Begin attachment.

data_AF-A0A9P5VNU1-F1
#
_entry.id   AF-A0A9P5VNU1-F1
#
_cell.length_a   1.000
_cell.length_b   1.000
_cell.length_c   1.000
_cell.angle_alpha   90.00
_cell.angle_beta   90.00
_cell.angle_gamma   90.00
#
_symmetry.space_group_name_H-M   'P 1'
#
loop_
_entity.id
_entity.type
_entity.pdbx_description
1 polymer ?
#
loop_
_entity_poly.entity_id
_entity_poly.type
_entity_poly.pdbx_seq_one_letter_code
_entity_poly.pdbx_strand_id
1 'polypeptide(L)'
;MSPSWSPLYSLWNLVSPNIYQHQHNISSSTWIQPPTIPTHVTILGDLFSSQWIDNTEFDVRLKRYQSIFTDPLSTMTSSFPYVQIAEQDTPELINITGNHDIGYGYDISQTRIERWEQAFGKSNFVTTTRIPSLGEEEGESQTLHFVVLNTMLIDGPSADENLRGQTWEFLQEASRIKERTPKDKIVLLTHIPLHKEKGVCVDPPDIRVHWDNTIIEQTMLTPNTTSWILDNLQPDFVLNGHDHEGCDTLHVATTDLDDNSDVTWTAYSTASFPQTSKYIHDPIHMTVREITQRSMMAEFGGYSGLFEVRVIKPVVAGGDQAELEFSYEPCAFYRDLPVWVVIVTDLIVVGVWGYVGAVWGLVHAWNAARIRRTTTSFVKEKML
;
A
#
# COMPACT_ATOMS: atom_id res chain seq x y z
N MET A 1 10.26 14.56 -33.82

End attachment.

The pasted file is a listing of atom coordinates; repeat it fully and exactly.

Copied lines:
data_AF-A0A9P5VNU1-F1
#
_entry.id   AF-A0A9P5VNU1-F1
#
_cell.length_a   1.000
_cell.length_b   1.000
_cell.length_c   1.000
_cell.angle_alpha   90.00
_cell.angle_beta   90.00
_cell.angle_gamma   90.00
#
_symmetry.space_group_name_H-M   'P 1'
#
loop_
_entity.id
_entity.type
_entity.pdbx_description
1 polymer ?
#
loop_
_entity_poly.entity_id
_entity_poly.type
_entity_poly.pdbx_seq_one_letter_code
_entity_poly.pdbx_strand_id
1 'polypeptide(L)'
;MSPSWSPLYSLWNLVSPNIYQHQHNISSSTWIQPPTIPTHVTILGDLFSSQWIDNTEFDVRLKRYQSIFTDPLSTMTSSFPYVQIAEQDTPELINITGNHDIGYGYDISQTRIERWEQAFGKSNFVTTTRIPSLGEEEGESQTLHFVVLNTMLIDGPSADENLRGQTWEFLQEASRIKERTPKDKIVLLTHIPLHKEKGVCVDPPDIRVHWDNTIIEQTMLTPNTTSWILDNLQPDFVLNGHDHEGCDTLHVATTDLDDNSDVTWTAYSTASFPQTSKYIHDPIHMTVREITQRSMMAEFGGYSGLFEVRVIKPVVAGGDQAELEFSYEPCAFYRDLPVWVVIVTDLIVVGVWGYVGAVWGLVHAWNAARIRRTTTSFVKEKML
;
A
#
# COMPACT_ATOMS: atom_id res chain seq x y z
N MET A 1 10.26 14.56 -33.82